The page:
Here is one example of how journalism switches an observational study into a causative effect by utilizing a misleading title. I follow Alzheimers Disease research closely and it is definitely the low hanging fruit if you want to look at the break down of science and factual reporting.
“There’s a misconception that if you’re mentally or physically active, you can ward off Alzheimer’s disease.”--study author Prashanthi Vemuri, PhD
After stratifying by educational levels the data becomes more interesting.
Brain fluorodeoxyglucose (FDG) retention is a surrogate for changes in brain metabolism. FDG is nonspecific and may demonstrate derangement in response to inflammation or for a variety of clinical reasons.
Structural MRI as described in this study is a surrogate for hippocampal volume downstream from the actual molecular pathology. This measure is a nonspecific result of neuronal damage.
Similarly, amyloid imaging tends to be a binary diagnostic. Although highly specific for AD pathology, a negative scan provides limited if any information about the potential etiology.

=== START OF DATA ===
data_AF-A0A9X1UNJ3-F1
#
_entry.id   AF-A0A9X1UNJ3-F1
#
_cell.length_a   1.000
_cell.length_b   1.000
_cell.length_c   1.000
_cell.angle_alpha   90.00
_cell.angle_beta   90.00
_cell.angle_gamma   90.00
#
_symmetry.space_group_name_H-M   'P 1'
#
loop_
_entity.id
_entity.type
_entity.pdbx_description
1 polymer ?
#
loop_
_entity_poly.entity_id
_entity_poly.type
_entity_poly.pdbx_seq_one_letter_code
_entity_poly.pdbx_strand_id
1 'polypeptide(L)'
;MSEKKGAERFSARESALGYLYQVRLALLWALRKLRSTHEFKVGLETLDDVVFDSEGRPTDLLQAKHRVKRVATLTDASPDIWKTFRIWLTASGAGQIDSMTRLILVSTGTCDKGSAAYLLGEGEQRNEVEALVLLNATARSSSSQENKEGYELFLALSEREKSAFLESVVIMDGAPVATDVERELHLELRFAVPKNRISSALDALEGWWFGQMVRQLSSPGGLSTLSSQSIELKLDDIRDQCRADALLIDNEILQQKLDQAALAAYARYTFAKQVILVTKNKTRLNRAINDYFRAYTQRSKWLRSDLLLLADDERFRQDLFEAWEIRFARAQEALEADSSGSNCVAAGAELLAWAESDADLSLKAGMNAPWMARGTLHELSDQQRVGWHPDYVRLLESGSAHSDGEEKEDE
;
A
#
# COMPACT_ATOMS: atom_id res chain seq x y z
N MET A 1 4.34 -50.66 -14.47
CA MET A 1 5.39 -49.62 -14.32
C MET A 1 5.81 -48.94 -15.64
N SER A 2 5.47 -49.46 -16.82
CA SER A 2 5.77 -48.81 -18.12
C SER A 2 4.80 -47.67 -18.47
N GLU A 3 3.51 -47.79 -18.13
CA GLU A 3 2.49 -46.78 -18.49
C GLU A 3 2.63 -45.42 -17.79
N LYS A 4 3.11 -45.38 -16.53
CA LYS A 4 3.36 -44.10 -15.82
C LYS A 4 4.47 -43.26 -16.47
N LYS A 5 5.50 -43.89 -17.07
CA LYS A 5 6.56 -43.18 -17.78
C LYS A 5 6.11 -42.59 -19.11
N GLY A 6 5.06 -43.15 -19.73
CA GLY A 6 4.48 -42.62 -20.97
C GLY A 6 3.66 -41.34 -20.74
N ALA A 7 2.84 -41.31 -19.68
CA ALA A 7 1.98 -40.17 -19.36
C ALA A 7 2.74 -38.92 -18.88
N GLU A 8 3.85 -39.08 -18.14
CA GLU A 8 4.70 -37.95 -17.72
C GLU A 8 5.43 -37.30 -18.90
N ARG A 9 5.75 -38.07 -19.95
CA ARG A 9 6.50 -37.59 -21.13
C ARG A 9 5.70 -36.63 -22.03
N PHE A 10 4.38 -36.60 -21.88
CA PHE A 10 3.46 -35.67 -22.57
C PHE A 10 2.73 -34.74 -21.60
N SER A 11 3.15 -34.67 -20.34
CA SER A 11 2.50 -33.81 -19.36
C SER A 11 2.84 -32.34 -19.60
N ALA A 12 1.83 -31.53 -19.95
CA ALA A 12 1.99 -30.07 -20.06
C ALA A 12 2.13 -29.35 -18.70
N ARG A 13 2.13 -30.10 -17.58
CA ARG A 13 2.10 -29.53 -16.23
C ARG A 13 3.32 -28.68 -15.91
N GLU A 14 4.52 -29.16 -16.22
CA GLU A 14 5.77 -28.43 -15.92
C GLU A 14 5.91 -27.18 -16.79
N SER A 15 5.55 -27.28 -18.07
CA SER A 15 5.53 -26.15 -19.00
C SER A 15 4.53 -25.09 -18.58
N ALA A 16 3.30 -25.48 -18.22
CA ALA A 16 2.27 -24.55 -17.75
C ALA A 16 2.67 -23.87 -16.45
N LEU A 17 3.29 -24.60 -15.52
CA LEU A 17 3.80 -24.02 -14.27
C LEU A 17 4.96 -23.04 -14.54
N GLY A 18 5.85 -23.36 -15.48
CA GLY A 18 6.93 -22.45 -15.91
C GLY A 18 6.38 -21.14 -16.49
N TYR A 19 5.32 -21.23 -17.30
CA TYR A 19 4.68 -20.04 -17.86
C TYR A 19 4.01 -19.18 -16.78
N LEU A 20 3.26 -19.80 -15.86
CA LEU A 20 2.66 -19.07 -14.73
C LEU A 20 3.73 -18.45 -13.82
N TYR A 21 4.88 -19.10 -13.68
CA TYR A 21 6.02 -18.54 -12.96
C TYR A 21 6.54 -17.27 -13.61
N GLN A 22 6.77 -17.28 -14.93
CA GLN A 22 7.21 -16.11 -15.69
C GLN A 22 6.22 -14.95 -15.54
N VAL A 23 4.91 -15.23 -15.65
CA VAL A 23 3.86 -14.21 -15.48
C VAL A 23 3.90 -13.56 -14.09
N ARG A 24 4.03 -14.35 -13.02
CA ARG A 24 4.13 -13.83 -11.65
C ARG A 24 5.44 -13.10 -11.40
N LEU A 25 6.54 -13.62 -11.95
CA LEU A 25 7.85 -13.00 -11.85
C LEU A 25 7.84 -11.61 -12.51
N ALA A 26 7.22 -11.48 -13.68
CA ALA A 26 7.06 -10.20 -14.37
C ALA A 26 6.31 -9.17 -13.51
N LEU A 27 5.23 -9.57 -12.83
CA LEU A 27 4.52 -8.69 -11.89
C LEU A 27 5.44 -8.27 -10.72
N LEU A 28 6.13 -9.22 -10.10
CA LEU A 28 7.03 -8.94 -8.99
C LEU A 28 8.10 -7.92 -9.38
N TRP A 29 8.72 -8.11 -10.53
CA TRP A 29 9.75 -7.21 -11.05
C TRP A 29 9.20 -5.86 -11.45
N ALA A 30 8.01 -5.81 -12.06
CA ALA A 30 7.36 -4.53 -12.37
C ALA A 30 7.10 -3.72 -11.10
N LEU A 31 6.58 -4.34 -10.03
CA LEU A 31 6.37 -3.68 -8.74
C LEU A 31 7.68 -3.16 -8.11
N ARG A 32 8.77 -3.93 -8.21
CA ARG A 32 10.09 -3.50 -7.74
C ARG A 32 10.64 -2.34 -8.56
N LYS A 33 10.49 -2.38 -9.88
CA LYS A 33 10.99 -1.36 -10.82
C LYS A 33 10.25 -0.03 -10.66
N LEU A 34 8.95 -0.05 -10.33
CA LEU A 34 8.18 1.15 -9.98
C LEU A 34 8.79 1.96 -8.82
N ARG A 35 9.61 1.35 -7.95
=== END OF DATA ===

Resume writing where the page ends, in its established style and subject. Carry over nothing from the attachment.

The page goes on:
The limitations of this study are as follows.
(1) We took a simplistic approach of investigating the influence of lifestyle enrichment on the 3 AD biomarkers independently and did not consider the possible interactions between the different biomarker variables, which may be influenced by enrichment variables.
(2) The AD biomarkers used in this study may not be capturing the brain compensatory mechanisms invoked by pathology due to lifestyle enrichment, e.g., recruitment of additional neuronal changes not measured here.
(3) The activity questionnaires are self-reported.